Mark Twain once mused that “all you need in this life is ignorance and confidence, and then success is sure.” These seem like fitting words to begin as I, quivering with emotion, scribe a few words on the death of the fictional (and yet real) Susan from the Parish Council . Her ignorance was inestimable, her confidence impenetrable, and her success undeniable. Not that I can confirm Susan has indeed passed from this life to her eternal… reward. To further cite Twain, perhaps reports of her death have been greatly exaggerated. I suppose Susan can rise from any alleged demise. Truth be told, if Susan is not cremated first, I imagine her funeral as such, with the priest requesting additional “ministers” of Holy Communion, and Susan rising from the casket to pump the Purell and serve Jesus to all her sisters and brothers. But for now, I will dare to speak of Susan as having died. Her online “group newsletter” via Facebook/Twitter has gone silent. She warned recently she was sick
I wrote recently about living the traditional Catholic faith at home, even without the presence of the traditional Latin Mass. You see, in my parts TLMs are rare, and such actions become necessary. However, I will now add that there is hope for the future. With that, I offer a brief update. Our family was, in fact, able to make it to a TLM over the Christmas break. Our first since July. Never mind the continuous 35 below weather in Saskatchewan, nor the snowstorms and blistering winds which have accompanied these Christmas Siberian temperatures. Quite simply, over the Christmas break an FSSP priest hopped in his truck and drove 3000km, all the way from Ottawa, just to come and offer the holy Mass throughout the week of Christmas. I am humbled and amazed at what this heroic priest did. It boggles my mind. Really, it does. May God reward him abundantly. Well, the Mass we attended was New Year's morning. The church was full. The choir was great. The priest said Mass most reverently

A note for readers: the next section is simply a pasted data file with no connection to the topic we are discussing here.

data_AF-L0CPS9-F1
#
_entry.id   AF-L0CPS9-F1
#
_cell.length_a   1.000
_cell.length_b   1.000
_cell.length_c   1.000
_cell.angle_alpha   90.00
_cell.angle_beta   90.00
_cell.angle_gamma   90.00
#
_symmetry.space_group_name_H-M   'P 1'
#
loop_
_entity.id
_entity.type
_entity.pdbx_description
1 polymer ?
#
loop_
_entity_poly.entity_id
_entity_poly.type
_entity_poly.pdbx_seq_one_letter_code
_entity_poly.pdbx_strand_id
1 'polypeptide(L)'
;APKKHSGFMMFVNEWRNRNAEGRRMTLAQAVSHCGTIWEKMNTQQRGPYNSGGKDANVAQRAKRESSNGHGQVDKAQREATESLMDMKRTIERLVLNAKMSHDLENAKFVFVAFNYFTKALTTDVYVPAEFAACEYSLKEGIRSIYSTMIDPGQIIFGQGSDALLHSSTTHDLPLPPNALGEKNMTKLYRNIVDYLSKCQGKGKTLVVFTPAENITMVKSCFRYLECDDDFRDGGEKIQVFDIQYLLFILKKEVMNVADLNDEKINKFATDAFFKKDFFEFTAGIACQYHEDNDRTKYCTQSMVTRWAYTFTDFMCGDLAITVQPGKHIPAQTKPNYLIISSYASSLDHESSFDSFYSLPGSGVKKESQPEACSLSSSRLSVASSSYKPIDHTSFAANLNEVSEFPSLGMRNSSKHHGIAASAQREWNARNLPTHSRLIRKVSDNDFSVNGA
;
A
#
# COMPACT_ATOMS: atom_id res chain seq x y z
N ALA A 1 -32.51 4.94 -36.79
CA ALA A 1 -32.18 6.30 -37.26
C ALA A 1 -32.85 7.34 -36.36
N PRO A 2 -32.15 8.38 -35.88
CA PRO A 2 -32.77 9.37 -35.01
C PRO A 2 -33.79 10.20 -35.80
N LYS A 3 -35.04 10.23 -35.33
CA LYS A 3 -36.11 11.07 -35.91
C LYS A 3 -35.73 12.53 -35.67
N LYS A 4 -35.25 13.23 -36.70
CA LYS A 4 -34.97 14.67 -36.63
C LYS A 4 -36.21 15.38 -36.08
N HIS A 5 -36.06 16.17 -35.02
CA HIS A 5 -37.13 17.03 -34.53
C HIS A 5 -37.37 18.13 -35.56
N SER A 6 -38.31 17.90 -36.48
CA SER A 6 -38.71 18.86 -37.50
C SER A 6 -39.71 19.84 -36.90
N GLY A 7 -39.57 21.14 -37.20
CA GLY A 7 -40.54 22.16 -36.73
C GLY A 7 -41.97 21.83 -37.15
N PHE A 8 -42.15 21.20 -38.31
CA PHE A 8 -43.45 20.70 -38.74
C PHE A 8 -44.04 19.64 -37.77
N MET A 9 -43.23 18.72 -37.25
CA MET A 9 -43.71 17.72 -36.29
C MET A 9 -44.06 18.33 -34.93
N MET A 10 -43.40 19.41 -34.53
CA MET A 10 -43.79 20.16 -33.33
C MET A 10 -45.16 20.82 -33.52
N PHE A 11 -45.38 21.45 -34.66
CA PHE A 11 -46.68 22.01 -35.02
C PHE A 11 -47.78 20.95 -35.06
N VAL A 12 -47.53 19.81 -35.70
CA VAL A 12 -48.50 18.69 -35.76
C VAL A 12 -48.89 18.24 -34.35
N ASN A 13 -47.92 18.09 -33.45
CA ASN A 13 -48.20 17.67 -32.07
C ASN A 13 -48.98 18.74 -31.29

951 Songs/Psalms/Commentaries $17.09 USD Oregon Catholic Press Every now and then a book comes along which is rich in wisdom and beauty, and profoundly enlightening to all who encounter it. The latest Breaking Bread 2021 hymnal is not one of those books. Tiresome, inane, fluffy, fruity, and worthless are all words that come to mind when I consider the latest liturgical offering from our bishops. 2020 was a rough year. 2021 is already off to a mortifyingly awful start. Enough with the suspense. Let's dive into it. Behold a few examples of what to expect at a church near you in 2021: At first I misread this title and thought it was Guns & Roses with Knocking on Heaven's Door. And then I thought of Paul McCartney singing "Someone's knocking at the door...." Sadly, it is neither. I love the juxtaposition though. "Somebody's knock-in' at your door," versus the Stabat Mater . I can just see the choir director, "Hmm... shall we meditate on t